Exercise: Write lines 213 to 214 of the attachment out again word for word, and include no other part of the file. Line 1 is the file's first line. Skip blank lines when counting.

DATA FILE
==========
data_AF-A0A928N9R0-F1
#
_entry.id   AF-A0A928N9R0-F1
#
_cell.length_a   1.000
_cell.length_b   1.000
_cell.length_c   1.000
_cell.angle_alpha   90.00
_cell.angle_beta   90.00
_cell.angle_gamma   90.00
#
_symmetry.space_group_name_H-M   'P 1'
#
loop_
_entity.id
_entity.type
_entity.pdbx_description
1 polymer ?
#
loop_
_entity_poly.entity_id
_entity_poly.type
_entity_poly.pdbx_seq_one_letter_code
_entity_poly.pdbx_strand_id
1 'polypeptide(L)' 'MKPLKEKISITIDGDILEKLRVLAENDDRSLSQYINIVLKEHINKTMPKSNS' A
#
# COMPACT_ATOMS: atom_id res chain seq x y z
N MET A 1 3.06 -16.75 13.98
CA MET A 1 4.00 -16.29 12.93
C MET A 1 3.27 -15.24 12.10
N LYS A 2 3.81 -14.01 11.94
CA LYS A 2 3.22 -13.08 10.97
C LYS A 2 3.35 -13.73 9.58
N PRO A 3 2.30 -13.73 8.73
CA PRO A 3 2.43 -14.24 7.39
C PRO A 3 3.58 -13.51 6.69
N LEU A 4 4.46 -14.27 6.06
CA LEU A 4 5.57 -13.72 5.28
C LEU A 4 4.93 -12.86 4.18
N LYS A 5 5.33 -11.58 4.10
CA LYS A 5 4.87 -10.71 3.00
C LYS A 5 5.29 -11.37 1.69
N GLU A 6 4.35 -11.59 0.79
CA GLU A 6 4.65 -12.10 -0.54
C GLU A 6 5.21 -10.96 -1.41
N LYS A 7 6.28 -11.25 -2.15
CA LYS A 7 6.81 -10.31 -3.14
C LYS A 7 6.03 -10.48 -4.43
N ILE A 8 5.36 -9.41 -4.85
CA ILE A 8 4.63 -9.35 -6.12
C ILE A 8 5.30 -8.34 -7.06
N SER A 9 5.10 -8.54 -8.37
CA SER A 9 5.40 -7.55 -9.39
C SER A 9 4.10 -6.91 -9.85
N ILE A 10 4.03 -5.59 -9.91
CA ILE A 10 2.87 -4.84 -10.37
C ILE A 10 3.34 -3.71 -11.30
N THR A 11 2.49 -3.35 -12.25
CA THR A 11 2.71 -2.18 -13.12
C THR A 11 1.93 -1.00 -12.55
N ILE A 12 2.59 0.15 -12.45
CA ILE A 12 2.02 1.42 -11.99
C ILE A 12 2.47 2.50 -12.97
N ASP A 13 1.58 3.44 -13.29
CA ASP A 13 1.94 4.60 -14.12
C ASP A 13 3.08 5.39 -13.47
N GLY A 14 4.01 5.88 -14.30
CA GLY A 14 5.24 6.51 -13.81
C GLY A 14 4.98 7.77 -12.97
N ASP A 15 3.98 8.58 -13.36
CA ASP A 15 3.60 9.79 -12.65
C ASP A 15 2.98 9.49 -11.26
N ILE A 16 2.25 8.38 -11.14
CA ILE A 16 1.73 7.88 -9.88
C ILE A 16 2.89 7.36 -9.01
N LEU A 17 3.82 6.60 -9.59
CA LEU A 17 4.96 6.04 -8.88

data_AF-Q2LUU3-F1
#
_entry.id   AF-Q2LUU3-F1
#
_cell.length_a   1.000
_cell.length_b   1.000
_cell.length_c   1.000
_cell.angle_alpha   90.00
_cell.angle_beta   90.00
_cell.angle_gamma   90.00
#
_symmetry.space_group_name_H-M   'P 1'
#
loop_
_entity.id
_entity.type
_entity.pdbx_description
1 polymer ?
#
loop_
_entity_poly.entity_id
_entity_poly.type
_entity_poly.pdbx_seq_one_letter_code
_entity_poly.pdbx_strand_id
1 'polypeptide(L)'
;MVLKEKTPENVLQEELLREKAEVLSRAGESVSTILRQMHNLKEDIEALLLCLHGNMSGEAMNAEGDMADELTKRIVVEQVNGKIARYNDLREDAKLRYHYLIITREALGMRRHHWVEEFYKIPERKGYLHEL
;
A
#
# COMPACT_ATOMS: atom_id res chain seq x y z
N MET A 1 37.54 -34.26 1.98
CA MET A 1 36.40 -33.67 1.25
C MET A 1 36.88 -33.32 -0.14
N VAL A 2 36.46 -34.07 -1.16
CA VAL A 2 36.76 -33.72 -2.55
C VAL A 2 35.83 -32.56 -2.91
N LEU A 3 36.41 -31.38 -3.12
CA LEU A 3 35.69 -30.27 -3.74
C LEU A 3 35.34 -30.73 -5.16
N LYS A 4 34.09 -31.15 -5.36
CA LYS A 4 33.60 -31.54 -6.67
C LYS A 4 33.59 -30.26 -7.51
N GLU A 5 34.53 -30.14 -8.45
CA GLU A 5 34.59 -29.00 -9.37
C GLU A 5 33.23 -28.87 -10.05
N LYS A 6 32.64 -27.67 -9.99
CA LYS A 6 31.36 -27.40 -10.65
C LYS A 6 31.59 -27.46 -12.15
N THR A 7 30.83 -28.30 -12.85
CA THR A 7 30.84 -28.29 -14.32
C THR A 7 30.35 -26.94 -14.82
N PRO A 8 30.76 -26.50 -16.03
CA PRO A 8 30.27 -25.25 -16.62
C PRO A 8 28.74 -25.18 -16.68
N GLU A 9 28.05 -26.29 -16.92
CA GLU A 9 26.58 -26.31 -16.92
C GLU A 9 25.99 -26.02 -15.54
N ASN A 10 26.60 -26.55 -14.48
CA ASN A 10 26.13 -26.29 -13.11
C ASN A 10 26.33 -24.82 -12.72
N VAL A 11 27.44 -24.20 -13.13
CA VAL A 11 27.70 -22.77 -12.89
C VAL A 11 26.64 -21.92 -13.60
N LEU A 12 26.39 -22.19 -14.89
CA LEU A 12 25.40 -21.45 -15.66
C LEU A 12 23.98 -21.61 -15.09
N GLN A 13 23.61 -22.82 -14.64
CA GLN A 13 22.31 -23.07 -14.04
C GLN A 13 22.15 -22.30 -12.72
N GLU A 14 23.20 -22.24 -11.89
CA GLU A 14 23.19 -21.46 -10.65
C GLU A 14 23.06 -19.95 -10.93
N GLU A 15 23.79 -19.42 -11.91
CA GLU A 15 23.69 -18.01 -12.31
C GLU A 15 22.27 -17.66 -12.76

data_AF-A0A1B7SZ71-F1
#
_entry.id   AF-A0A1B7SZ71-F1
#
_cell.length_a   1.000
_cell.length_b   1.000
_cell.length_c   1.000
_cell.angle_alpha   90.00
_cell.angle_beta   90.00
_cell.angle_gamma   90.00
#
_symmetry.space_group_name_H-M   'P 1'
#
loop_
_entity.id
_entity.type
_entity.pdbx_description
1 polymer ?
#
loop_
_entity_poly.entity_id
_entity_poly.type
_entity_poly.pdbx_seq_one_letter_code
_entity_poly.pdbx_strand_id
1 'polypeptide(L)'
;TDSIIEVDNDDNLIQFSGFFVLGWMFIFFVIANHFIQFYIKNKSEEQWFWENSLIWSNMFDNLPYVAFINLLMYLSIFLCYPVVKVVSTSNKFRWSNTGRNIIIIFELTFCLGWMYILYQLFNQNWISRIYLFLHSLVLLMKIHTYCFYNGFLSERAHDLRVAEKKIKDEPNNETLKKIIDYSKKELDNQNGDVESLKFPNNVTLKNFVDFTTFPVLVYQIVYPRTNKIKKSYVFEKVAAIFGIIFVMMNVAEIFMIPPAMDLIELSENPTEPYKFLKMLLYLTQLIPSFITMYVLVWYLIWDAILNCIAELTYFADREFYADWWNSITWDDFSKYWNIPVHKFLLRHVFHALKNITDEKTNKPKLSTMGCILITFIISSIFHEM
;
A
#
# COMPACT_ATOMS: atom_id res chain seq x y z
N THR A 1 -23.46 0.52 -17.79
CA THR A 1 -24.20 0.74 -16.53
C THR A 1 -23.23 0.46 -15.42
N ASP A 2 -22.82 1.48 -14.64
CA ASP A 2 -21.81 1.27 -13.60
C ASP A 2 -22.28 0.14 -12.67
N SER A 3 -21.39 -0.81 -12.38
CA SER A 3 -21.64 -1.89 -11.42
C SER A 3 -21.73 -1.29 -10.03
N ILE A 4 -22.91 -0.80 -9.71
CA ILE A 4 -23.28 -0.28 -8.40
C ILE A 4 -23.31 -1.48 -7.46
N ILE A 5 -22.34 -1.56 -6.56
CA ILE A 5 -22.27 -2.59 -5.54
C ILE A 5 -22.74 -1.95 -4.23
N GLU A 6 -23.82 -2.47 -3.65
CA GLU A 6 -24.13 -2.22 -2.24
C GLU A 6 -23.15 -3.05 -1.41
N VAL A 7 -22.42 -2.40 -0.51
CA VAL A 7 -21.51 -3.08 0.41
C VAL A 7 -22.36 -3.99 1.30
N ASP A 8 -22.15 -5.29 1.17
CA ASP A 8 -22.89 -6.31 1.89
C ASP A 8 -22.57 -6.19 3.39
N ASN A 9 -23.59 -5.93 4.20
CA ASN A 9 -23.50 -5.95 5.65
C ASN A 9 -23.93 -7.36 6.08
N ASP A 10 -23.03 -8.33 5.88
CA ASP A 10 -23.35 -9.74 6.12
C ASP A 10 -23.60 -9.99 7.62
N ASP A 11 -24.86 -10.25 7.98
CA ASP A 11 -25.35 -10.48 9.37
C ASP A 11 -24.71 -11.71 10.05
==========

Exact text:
N ASP A 11 -24.86 -10.25 7.98
CA ASP A 11 -25.35 -10.48 9.37